- How often do you add governance features to the app? What new features have you launched in the past 12 months?
Answers You Want To Hear…
Governance Features: Look for a vendor that offers voting, consent signing, and a robust survey module that allows for D&O questionnaires to be completed all within the secure app.
Governance Library: Look for a vendor with enough storage to provide clients the room they need to build a robust library of documents that board members may want to reference. This could include investor reports, press releases, earnings statements and other docs boards may want to see, all in one easy-to-find, secure location. These should all be easily searchable.
Real-Time Updates: In order to allow directors ample time to review meeting materials in advance of or in between sessions, a solution should be flexible enough to allow continuous updates to published materials. The process for administrators to make these updates should allow for quick and easy replacement of documents. When updates are made, make sure that the app won’t remove or misplace notes directors have made in the documents.
Adding Features: A vendor’s job should never be finished. Seek a vendor who is constantly working to improve the app, both in security and feature enhancements. Clients use the app to streamline the governance process so look for a vendor that is leading the pack by introducing new governance-related features every year.
Preparing for a board meeting is time-consuming, let alone if you sit on multiple boards. Documents are frequently updated, but it can be confusing for board members to keep track of changes and manage note-taking effectively. Imagine logging in on your preferred device to prepare for your board meeting and receiving real-time notifications of any changes to your board book, along with any notes that may have been on edited or removed pages. Choosing if and how to share your annotations with others, or purge them, is another important capability. Basic functionality, like accessing your board books online or offline, and working during a computer operating update seem simple, but may not be offered by a potential vendor.
- What happens if board members are sitting on multiple boards?
- How many languages does the app support?
- How do you handle software updates (like IOS and Java) so it doesn’t disrupt users?
- What kind of advanced features do you offer?
- Does the app have the ability to digitally shred the end-user notes after the meeting to limit discoverability?
Answers You Want To Hear…
Multiple Log-ins: Many directors sit on multiple boards. A sophisticated vendor will be able to give its clients the ability to use a single sign-on for access to multiple boards’ books.
Updating Notes & Pages: Changes to materials before or during a meeting are inevitable. A well-designed technology will allow directors to retain notes, even if pages of a published document are edited or removed.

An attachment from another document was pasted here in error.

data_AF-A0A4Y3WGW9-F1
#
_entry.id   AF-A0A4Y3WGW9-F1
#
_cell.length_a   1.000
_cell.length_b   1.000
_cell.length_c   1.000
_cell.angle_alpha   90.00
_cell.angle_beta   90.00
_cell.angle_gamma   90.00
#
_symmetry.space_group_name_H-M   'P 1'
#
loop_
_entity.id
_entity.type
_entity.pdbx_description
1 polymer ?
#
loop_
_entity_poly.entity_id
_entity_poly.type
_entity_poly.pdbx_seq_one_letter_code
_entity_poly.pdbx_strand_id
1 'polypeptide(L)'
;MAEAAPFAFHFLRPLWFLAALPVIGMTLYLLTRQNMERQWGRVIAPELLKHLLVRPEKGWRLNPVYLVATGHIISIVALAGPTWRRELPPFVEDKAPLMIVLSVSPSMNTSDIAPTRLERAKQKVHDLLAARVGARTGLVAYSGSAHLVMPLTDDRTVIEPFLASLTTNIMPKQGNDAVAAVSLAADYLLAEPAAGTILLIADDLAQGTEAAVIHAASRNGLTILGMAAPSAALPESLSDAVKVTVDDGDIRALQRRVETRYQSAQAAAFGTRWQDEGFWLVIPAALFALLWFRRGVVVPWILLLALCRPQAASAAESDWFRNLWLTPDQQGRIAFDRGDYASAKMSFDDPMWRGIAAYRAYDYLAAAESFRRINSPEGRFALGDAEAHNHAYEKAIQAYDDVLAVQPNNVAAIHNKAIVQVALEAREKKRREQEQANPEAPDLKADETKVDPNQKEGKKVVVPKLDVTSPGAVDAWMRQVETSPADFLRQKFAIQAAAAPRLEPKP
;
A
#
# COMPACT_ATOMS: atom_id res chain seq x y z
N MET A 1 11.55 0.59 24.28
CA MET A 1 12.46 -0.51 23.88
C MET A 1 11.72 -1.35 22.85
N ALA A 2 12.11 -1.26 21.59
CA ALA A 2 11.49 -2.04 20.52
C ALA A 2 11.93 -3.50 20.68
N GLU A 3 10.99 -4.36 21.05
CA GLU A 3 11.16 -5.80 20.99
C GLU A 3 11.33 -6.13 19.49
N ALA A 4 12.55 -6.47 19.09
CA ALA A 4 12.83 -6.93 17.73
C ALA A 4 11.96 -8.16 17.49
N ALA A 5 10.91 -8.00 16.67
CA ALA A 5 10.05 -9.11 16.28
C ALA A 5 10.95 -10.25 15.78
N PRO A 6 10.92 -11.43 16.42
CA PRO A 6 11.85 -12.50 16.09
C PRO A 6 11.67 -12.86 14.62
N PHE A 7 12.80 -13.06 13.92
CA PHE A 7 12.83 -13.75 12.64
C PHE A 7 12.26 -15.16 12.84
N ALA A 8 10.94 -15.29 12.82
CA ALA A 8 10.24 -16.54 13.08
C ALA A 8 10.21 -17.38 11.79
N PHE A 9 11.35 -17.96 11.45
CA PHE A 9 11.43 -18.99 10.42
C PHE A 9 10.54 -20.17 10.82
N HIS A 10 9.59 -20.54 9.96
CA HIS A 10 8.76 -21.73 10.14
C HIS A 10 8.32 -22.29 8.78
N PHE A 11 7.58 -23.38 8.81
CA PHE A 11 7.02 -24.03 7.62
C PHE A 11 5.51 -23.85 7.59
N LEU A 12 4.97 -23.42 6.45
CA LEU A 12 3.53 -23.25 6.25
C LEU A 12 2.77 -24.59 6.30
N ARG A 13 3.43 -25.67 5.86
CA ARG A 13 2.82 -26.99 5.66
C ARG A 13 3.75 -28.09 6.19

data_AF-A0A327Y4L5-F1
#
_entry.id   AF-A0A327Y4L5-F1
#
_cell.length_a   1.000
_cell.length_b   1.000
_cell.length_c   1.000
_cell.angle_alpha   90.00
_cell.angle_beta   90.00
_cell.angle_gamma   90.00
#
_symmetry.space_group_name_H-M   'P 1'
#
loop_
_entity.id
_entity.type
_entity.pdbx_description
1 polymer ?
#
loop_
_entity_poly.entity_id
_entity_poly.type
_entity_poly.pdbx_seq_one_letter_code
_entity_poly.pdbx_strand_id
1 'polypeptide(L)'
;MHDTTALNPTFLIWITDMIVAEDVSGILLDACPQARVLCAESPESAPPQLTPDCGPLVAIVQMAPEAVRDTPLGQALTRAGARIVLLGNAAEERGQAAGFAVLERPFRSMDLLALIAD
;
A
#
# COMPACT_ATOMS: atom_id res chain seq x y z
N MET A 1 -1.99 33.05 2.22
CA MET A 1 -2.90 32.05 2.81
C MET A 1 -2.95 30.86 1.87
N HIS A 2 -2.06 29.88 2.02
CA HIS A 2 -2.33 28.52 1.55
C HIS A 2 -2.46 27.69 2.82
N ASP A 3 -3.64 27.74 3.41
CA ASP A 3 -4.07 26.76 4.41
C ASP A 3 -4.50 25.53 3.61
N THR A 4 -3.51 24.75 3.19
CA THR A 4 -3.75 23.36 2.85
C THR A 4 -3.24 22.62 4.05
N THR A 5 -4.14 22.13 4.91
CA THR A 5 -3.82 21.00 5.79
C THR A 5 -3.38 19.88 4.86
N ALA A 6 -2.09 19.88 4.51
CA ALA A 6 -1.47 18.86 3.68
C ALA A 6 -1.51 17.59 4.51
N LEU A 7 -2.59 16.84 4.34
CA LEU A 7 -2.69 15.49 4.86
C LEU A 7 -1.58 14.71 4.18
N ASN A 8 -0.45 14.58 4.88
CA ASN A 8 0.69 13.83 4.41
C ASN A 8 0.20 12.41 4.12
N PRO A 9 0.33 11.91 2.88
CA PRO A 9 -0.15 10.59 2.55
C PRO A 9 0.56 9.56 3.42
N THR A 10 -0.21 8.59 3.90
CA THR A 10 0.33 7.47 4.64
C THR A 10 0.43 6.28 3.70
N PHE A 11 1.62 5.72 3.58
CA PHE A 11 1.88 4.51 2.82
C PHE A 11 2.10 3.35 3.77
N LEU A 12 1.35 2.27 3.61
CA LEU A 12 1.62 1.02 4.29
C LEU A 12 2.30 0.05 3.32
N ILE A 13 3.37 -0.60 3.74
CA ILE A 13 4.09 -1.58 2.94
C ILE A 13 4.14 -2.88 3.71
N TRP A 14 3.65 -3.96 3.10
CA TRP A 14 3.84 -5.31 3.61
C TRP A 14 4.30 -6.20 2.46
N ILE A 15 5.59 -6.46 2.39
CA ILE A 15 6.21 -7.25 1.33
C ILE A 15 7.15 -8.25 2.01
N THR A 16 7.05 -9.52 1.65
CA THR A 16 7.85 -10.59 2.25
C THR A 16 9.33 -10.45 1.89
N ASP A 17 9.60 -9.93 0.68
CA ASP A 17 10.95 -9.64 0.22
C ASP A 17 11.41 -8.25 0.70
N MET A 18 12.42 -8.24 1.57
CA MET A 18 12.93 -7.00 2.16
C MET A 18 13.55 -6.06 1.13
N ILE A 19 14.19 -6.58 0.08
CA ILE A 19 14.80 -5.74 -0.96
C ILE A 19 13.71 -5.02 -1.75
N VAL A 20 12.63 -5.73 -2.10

Languages: Vendors serving global clients need a few languages that users can choose from for the app, training and support.
Handling Updates: An operating system update shouldn’t leave you without access to your board books. Look for companies that can make IOS-style updates seamless, so you don’t suffer downtime in the app.
Advanced Features: Some vendors offer additional features that allow for better governance practices. E-signatures and voting, along with questionnaires, afford your board members more mobility and cut down on administrative work. Other functionality, like note sharing, can enhance collaboration, and global search and a document library can provide board members a robust amount of information very quickly and in one location.
Digital Shredding: A vendor should always provide its clients with the ability to completely wipe all user notes and annotations, leaving no digital record. The timing of this wipe should also be controlled by the client and can be automatic or done on-demand. Alternatively, the solution should be flexible enough to allow user notes to be archived, if necessary.
The five essential qualities and accompanying questions and answers should help you cut through the clutter of board portal companies and find the right fit for you and your board. Financial institutions, defense contractors, public and private businesses, nonprofits and governments require the best service, the most secure data and the easiest to use technology. To be efficient, boards of all sizes should be able to communicate between meetings in a secure environment, on a variety of devices, and have live IT help only a phone call away at all times. Making board decisions isn’t always easy; using an electronic board app should be.